By way of illustration, the background art discloses many types of frames for supporting tensioned racket strings so as to abate shocks and vibrations. As an example of such wide variety of background art, note U.S. Pat. No. 4,204,681 to Hall which discloses a thermoplastic throat piece which is structurally integrated with a metallic racket frame by passing the strings through the holes formed in the throat piece. Limited torsional movement is allowed due to the materials and construction.
Note also U.S. Pat. No. 4,209,170 to Garber wherein there is disclosed a throat made of a resilient elastomeric material bolted between the oppositely curving portions of the frame. The throat completes the ovaloid shape of the head and provides the sole support for adjoining strings attached thereto.
Volkl, in U.S. Pat. No. 4,311,308, discloses a tennis racket with an insert installed in the throat portion. The insert is adapted to have secured thereto at least some of the strings. A central hinge allows for pivoting of the insert about a central vertical axis.
U.S. Pat. No. 4,634,124 to Yuhas discloses a racket with a throat piece in which vibrations produced by the impact of the ball on the strung hitting surface are dampened. This dampening is effected by an elastic dampening device secured by fasteners between the opposite sides of the throat piece and the otherwise normally abutting inside of each leg of the racket frame.
U.S. Pat. No. 4,783,072 to Haar discloses a throat of a racket with a tensioning device. The tensioning device comprises as least one pinion with a toothed periphery which threadedly engages with teeth on the end portion of a flexible member. By rotating the pinion, the flexible member will be moved so as to vary the tension in the strings.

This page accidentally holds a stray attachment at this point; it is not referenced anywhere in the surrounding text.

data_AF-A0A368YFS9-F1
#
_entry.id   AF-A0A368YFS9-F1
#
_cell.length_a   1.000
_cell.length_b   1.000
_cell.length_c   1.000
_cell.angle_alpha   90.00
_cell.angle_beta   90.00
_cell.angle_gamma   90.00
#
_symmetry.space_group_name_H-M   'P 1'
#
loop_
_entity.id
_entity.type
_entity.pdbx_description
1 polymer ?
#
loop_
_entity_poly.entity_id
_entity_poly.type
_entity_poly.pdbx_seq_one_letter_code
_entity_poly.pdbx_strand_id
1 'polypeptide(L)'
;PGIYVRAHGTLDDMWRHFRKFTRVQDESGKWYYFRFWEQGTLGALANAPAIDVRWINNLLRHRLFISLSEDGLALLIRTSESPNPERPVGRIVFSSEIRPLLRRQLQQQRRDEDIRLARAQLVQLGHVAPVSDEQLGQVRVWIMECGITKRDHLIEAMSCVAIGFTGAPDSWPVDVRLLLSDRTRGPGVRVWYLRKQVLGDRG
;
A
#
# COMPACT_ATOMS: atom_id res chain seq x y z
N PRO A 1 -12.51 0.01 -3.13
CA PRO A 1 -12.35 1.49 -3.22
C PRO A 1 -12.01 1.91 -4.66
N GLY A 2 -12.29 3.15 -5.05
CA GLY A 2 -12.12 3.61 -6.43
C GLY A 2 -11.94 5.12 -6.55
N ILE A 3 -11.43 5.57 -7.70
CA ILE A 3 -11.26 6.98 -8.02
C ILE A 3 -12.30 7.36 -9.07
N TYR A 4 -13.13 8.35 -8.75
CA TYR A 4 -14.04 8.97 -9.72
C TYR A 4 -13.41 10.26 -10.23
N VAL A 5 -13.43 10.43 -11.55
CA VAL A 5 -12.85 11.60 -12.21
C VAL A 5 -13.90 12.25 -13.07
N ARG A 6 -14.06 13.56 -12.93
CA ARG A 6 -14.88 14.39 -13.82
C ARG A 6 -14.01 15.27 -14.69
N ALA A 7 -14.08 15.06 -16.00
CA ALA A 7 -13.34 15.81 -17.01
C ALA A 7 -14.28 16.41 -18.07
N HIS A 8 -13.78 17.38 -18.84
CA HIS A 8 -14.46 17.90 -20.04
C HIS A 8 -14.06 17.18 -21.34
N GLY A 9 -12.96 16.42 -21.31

In U.S. Pat. No. 4,828,259 to Davis, there is disclosed a throat ridge which spans the opposed leg of a frame member and which includes a pair of upper and lower bridge sections. Such sections extend generally transversely and are spaced apart longitudinally to define a cut out area therebetween. A piece of vibration absorbing material is positioned between the upper and lower bridge sections.
U.S. Pat. No. 4,828,260 to Todd discloses a tennis racket with a resilient insert which is disposed within a radially disposed gap which extends completely through the racket head between the two arms of the yoke. The resilient insert is keyed to fit closely within the gap of a racket handle. It is secured in place by a base plate which overlies the confronting ends of the head formed by the gap.
Lastly, U.S. Pat. No. 4,976,433 to Pohlenz discloses a gas spring incorporated into a tennis racket in the throat area. The gas spring is coupled with some of the strings so as to maintain a predetermined tension within the strings irrespective of a possible elongation of the strings during operation.
As can be readily understood, the background art discloses a wide variety of tennis rackets designed for shock and vibration abatement through a wide variety of mechanisms. Such rackets are fabricated of a wide variety of materials, synthetic and natural, and formed by a wide variety of processes. No background art, however, discloses, teaches or suggests a tennis racket with a floating yoke piece that is not directly attached to the rest of the racket frame except by the strings and which includes a cushioning member in the area of the contact between the yoke and frame for absorbing and abating shocks and vibrations.